Kidney transplantation refers to an operation in which a diseased kidney is replaced by a transplanted healthy kidney, either from a living donor or from a person who has just died (cadaver). One healthy donor kidney is sufficient to maintain the health of the recipient.
Factors in improving the results of transplant surgery are
(1) To prevent rejection, effective immune suppressant drug treatment is given.
(2) Tissue typing is necessary to help in matching recipient and donor tissue for transplant surgery thus minimizing the risk of rejection of a donor organ by the recipient’s immune system.
(3) After removal of organ from the donor it should be washed with an oxygenated fluid and cooled. This reduces the risk of damage.
Diabetes mellitus is the metabolic disorder of carbohydrate metabolism caused by insufficient or nil production of the hormone insulin by the pancreas. Insulin is responsible for the absorption of glucose into cells for their energy needs and into the liver and fat cells for storage as glycogen reserve. Insulin deficiency may be due to (1) pancreatic disorders (2) defects in the synthesis of insulin from Beta cells of Langerhans (in pancreas) (3) destruction of Beta cells and (4) genetic defects etc.
(1) The blood sugar level is more than 120mg. in diabetic patients.
(2) Untreated diabetes exhibits the following symptoms.
(a) Polyurea - excretion of increased quantity of urine.
(b) Polydipsia – excessive thirst leading to increased consumption of water.
(c) Polyphagia – excessive appetite leads to increased in take of food. In spite of over eating, diabetic patient looses weight.
(3) Weakness and body pain are the common symptoms.
(4) The body’s inability to store or use glucose causes weight loss, insatiable hunger and fatigue.
(5) Diabetes mellitus also results in abnormal (fat) metabolism.
(6) Accelerated degeneration of small blood vessels.
Type’s of diabetes mellitus (1) Insulin –dependent type.
(2) Non-insulin dependent.
Insulin-dependent type: This type develops due to heavy viral infection which reduces the production of insulin.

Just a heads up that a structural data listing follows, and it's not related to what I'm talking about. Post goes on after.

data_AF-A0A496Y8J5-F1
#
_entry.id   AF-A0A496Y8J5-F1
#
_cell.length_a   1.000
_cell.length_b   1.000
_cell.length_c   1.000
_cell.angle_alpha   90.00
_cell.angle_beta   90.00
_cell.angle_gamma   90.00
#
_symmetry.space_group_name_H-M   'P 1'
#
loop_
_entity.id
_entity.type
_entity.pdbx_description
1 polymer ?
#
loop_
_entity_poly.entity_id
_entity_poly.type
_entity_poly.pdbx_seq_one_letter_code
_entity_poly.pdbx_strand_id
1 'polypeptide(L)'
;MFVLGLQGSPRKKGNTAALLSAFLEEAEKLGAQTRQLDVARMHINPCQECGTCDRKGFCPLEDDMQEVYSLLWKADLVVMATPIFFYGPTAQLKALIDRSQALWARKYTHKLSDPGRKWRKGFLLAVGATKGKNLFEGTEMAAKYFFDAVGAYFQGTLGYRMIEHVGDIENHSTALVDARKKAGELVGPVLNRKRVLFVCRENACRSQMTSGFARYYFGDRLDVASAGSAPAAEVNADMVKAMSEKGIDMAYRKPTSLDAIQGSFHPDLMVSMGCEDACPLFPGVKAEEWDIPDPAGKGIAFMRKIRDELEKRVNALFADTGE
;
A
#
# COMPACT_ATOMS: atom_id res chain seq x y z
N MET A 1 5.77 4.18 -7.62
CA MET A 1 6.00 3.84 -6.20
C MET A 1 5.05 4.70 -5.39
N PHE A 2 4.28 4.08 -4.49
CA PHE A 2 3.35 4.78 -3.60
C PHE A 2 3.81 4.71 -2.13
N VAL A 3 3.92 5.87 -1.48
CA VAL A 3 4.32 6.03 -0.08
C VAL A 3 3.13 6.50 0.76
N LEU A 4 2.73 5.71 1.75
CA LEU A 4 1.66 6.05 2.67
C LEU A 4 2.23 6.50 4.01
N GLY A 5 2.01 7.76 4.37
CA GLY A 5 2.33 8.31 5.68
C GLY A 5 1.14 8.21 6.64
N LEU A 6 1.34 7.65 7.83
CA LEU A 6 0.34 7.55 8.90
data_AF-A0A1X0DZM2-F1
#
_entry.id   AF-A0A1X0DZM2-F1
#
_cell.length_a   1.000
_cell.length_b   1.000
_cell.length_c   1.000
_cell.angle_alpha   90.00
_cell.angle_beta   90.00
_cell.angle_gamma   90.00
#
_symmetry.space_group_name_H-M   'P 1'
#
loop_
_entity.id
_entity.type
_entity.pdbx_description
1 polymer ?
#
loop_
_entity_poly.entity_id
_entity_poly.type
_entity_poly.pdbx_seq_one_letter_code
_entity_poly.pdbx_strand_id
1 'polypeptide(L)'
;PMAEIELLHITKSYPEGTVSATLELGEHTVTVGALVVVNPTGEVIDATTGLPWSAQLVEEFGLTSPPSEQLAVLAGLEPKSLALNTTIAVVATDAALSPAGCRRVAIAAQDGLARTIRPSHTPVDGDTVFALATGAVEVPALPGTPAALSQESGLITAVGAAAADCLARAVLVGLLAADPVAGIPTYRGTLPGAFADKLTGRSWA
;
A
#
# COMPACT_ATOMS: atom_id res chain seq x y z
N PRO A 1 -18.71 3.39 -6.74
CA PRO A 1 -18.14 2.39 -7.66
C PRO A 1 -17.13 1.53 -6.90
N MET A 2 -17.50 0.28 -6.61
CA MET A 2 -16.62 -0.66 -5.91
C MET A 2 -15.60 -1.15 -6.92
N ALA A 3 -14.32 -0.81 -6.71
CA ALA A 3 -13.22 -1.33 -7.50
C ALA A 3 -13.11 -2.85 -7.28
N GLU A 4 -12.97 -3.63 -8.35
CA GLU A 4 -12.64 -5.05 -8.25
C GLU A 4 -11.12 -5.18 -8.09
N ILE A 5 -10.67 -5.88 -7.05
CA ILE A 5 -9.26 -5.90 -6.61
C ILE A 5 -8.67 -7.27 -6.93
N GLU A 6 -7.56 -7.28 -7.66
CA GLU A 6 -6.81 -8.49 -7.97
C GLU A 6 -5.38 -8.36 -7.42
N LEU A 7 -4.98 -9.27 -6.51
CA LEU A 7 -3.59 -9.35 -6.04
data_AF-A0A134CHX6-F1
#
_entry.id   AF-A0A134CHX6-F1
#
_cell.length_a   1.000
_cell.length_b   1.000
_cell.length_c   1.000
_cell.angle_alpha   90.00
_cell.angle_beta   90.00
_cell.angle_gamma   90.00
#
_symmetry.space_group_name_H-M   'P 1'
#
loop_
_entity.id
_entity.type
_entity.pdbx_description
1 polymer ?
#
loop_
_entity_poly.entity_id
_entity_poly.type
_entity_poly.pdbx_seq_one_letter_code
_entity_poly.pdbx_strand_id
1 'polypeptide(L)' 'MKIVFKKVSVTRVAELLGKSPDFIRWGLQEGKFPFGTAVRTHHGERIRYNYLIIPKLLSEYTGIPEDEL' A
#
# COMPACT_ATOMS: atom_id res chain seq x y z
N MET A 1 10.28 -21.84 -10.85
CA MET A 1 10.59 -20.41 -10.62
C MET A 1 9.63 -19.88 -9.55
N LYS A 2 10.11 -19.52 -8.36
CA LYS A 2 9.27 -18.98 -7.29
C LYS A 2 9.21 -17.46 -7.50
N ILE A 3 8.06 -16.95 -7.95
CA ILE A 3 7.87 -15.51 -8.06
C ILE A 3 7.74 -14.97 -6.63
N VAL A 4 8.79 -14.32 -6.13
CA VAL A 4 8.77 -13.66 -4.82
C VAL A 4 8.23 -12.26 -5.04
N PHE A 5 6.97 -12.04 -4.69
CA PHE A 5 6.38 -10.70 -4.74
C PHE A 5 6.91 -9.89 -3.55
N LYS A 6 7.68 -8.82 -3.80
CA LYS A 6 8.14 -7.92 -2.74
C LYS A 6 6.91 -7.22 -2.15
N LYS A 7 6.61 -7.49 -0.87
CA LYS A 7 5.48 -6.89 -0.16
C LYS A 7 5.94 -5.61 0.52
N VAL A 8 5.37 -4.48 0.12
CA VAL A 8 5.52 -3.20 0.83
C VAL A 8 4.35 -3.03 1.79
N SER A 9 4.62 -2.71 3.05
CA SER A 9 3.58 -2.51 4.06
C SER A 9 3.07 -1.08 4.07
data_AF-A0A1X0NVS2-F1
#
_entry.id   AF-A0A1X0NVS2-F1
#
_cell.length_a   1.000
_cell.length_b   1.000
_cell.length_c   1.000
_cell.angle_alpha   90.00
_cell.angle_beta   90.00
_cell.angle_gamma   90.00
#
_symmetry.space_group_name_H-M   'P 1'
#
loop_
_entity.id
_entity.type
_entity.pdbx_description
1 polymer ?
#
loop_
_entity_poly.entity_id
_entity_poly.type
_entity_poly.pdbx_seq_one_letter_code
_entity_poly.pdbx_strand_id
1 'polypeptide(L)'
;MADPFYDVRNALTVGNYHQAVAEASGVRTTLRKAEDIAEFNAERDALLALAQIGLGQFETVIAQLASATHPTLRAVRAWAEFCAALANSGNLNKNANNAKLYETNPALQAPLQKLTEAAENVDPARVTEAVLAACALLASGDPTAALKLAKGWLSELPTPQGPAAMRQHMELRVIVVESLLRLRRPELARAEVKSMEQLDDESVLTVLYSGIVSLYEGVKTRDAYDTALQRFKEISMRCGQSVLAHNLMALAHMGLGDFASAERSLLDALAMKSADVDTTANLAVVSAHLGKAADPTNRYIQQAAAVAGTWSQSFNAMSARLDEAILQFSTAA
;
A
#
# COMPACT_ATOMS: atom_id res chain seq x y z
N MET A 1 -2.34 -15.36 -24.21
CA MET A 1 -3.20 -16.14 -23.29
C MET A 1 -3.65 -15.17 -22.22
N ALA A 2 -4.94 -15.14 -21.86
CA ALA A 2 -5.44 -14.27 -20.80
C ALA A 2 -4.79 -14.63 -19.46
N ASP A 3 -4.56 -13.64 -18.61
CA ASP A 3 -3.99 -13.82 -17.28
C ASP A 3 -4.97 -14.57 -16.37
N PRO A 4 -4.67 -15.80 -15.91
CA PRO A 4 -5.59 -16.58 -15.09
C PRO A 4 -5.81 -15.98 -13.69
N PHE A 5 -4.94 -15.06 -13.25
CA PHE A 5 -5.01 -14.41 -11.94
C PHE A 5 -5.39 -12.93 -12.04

Non-insulin dependent: This is due to inadequate amount of insulin production. Obesity (over weight) is the major reason. This type usually of gradual onset and develops mainly in people over 40. Recently insulin resistant diabetes is commonly noticed and reported in younger persons too.
Causes for Diabetes
(1) Diabetes tends to run in families so it occurs in people who inherit the genes responsible for the insulin dependent form.
(2) Viral infection that damages the pancreas causing the deficiencyof insulin.
(3) Obesity is the major cause leading to development of non insulin dependent diabetes.
(4) Severe illness such as pancreatitis and thyrotoxicosis causes diabetes.
(5) Intake of drugs like corticosteroid drugs and diuretic drugs.
The preventive measures comprise
(1) Maintenance of normal body weight through adoption of healthy nutritional habits and physical exercise.
(2) Correction of over nutrition and obesity may reduce the risk of diabetes and its complications.
(3) Alcohol and smoking should be avoided.
(4) Control of high blood pressure, elevated cholesterol and high triglyceride levels.
(5) Susceptible persons can prevent diabetes by avoiding the risk factors.
When diabetes is detected, it must be adequately treated.In order to maintain blood glucose levels within the normal limits one should maintain ideal body weight. It is achieved by balanced diet, physical exercise, frequent checking of blood sugar, blood pressure. Maintenance of body weight and visual acuity are some prognostic tips.
All living organism maintain their populations by reproduction. Most simple organisms such as bacteria reproduce asexually by cell division resulting in offspring’s that are genetically identical.
In human beings, reproduction is sexual, involving the fusion of two reproductive cells, namely a sperm (male gamete) and an egg (female ga-mete). If a sperm succeeds in fertilizing an egg, DNA (genetic material) from each parent combines to create a unique individual. Sexual reproduction re-sults in an infinite variety of offsprings.
Functioning of male reproductive system
The central role of the male reproductive system is carried out by the testes, which produce sex cells called spermatozoa or sperms containing genetic material. The testes produce sperms continuously from puberty onward.
Men remain fertile for a much longer period than women. In addition, the testes manufactures male sex hormones or androgens which influence sperm production, fertility and sex drive. Male sex hormones also promote the secondary sexual characters.
Gametogenic function of testes
Factors controlling spermatogenesis: FSH of pituitary gland stimulates and controls spermatogenesis. It acts on sertoli cells to facilitate
Factors controlling spermatogenesis: FSH of pituitary gland stimulates and controls spermatogenesis. It acts on sertoli cells to facilitate